A week ago I was in Africa. We made a day trip to Bujagali Falls, and witnessed the full force of a class 6 rapid, referred to comfortingly as "The Widowmaaker." (Three years earlier when I had rafted that same river, our raft had circumnavigated that specific rapid and opted for the class 5 rapid where only one person had died previously.)
The pent up force of the nile at that point was really overwhelming. It reminded me of one of my favorite pictures, by Thomas Cole:
His inscription reminds me, in turn, of our absolute need to rely completely on our Savior to make it through each day. "All for sin would not atone, Thou must save, and Thou alone." God's mercy and grace are so amazing beautiful!
(If you're interested, here's Thomas Cole's description of the above painting, entitled: The Journey of Life: Manhood:
Storm and cloud enshroud the dreary landscape. Bare impending precipices rise in the lurid light. The swollen stream rushes furiously down a dark ravine, whirling and foaming in its wild career, and speeding toward the Ocean, which is dimly seen through the mist and falling rain. The boat is there, plunging amid the turbulent waters. The voyager is now a man of middle age: the helm of the boat is gone, and he looks imploringly toward heaven as if heaven’s aid alone could save him from the perils that surround him. The Guardian Spirit calmly sits in the clouds, watching with an air of solicitude the affrighted voyager. Demon forms are hovering in the air.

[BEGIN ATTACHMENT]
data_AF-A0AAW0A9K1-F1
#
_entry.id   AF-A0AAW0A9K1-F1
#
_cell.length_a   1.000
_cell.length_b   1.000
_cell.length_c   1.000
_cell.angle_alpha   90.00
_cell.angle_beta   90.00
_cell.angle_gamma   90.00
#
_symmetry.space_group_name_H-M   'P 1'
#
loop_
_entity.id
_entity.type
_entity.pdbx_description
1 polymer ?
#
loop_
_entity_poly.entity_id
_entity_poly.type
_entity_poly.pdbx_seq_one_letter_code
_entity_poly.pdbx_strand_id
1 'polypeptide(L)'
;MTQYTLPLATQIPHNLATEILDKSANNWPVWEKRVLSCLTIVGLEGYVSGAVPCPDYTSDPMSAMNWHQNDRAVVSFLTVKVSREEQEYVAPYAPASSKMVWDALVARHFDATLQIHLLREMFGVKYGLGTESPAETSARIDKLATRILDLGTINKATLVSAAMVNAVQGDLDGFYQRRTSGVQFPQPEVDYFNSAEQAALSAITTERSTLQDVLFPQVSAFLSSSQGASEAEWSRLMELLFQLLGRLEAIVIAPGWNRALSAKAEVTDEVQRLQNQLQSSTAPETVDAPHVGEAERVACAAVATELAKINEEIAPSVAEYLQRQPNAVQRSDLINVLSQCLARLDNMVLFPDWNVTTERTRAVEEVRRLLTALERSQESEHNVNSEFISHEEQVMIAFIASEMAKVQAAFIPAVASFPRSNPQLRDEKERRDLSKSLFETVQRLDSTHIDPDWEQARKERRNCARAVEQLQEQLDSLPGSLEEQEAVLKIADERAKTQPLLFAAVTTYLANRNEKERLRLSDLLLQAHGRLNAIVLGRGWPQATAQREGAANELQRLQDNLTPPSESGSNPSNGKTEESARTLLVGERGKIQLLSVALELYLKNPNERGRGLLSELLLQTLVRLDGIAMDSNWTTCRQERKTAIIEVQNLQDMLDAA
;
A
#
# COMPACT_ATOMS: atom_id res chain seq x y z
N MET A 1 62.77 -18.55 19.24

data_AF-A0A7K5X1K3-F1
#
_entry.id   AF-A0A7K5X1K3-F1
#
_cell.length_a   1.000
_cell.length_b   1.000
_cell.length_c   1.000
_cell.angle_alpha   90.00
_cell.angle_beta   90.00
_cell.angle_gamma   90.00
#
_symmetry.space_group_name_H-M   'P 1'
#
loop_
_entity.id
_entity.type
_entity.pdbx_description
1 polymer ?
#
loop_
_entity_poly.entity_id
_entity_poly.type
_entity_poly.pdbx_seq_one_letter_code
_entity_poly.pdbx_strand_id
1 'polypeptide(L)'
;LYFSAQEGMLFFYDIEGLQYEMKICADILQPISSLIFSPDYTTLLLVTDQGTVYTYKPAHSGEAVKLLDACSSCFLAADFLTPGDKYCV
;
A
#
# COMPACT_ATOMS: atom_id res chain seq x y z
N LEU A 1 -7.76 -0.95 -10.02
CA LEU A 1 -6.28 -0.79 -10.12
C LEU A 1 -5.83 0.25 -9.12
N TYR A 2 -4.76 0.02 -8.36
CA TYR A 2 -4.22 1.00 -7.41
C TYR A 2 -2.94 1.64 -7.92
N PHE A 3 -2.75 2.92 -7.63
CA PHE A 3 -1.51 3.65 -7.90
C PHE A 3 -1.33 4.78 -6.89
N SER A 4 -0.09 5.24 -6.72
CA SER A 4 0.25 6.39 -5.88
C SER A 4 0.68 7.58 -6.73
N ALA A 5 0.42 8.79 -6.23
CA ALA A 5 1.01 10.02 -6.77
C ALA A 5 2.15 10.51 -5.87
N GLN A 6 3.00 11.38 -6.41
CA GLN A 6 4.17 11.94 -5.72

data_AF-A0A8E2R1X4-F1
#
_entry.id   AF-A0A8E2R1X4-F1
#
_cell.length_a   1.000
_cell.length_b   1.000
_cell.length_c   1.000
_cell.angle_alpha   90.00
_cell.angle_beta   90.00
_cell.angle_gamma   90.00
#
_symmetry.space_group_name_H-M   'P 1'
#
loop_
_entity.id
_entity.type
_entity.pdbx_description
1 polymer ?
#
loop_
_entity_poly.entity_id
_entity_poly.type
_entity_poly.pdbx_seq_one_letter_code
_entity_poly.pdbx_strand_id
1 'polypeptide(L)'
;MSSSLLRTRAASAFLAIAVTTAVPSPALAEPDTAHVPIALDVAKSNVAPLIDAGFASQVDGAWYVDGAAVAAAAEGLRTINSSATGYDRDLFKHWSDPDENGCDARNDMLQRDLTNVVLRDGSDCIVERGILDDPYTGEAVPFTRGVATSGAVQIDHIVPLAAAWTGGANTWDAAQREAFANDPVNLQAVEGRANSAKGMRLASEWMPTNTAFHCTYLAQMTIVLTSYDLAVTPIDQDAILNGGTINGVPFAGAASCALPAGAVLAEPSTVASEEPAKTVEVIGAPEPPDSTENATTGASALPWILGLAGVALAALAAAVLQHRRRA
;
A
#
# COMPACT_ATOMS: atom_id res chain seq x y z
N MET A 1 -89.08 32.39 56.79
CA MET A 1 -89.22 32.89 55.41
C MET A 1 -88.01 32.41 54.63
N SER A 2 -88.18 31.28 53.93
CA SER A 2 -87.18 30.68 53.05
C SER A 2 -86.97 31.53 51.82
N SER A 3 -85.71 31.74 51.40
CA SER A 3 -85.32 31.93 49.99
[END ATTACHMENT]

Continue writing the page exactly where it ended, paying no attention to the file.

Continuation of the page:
Trouble is characteristic of the period of Manhood. In Childhood there is no cankering care; in Youth no despairing thought. It is only when experience has taught us the realities of the world, that we lift from our eyes the golden veil of early life; that we feel deep and abiding sorrow; and in the picture, the gloomy, eclipse-like tone, the conflicting elements, the trees riven by tempest, are the allegory; and the Ocean, dimly seen, figures the end of life, to which the voyager is now approaching. The demon forms are Suicide, Intemperance, and Murder, which are the temptations that beset men in their direst trouble. The upward and imploring look of the voyager shows his dependence on a Superior Power and that faith saves him from the destruction that seems inevitable.
- Thomas Cole, 1840